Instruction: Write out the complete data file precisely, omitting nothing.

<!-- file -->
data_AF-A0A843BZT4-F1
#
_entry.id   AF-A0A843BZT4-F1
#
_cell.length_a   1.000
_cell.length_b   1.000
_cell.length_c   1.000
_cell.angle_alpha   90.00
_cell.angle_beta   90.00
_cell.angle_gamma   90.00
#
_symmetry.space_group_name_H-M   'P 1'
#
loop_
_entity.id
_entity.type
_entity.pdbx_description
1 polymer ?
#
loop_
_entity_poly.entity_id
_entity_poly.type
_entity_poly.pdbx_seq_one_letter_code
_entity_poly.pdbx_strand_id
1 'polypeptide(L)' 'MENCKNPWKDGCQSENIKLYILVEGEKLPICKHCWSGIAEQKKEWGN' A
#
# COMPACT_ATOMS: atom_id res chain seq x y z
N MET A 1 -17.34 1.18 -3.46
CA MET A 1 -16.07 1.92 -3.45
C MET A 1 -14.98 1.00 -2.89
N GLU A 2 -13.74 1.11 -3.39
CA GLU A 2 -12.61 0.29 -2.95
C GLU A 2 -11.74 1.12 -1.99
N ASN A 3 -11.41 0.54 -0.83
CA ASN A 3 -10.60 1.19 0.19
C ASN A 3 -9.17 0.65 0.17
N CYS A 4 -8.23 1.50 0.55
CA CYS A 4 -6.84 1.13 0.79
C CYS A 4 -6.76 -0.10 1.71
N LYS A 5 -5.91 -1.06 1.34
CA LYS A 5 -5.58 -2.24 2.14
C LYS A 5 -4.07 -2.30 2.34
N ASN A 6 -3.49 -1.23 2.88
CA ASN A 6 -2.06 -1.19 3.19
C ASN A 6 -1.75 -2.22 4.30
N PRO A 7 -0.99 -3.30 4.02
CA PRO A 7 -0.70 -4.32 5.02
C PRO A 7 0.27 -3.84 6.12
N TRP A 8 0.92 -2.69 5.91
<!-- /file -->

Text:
data_AF-A0A843BZT4-F1
#
_entry.id   AF-A0A843BZT4-F1
#
_cell.length_a   1.000
_cell.length_b   1.000
_cell.length_c   1.000
_cell.angle_alpha   90.00
_cell.angle_beta   90.00
_cell.angle_gamma   90.00
#
_symmetry.space_group_name_H-M   'P 1'
#
loop_
_entity.id
_entity.type
_entity.pdbx_description
1 polymer ?
#
loop_
_entity_poly.entity_id
_entity_poly.type
_entity_poly.pdbx_seq_one_letter_code
_entity_poly.pdbx_strand_id
1 'polypeptide(L)' 'MENCKNPWKDGCQSENIKLYILVEGEKLPICKHCWSGIAEQKKEWGN' A
#
# COMPACT_ATOMS: atom_id res chain seq x y z
N MET A 1 -17.34 1.18 -3.46
CA MET A 1 -16.07 1.92 -3.45
C MET A 1 -14.98 1.00 -2.89
N GLU A 2 -13.74 1.11 -3.39
CA GLU A 2 -12.61 0.29 -2.95
C GLU A 2 -11.74 1.12 -1.99
N ASN A 3 -11.41 0.54 -0.83
CA ASN A 3 -10.60 1.19 0.19
C ASN A 3 -9.17 0.65 0.17
N CYS A 4 -8.23 1.50 0.55
CA CYS A 4 -6.84 1.13 0.79
C CYS A 4 -6.76 -0.10 1.71
N LYS A 5 -5.91 -1.06 1.34
CA LYS A 5 -5.58 -2.24 2.14
C LYS A 5 -4.07 -2.30 2.34
N ASN A 6 -3.49 -1.23 2.88
CA ASN A 6 -2.06 -1.19 3.19
C ASN A 6 -1.75 -2.22 4.30
N PRO A 7 -0.99 -3.30 4.02
CA PRO A 7 -0.70 -4.32 5.02
C PRO A 7 0.27 -3.84 6.12
N TRP A 8 0.92 -2.69 5.91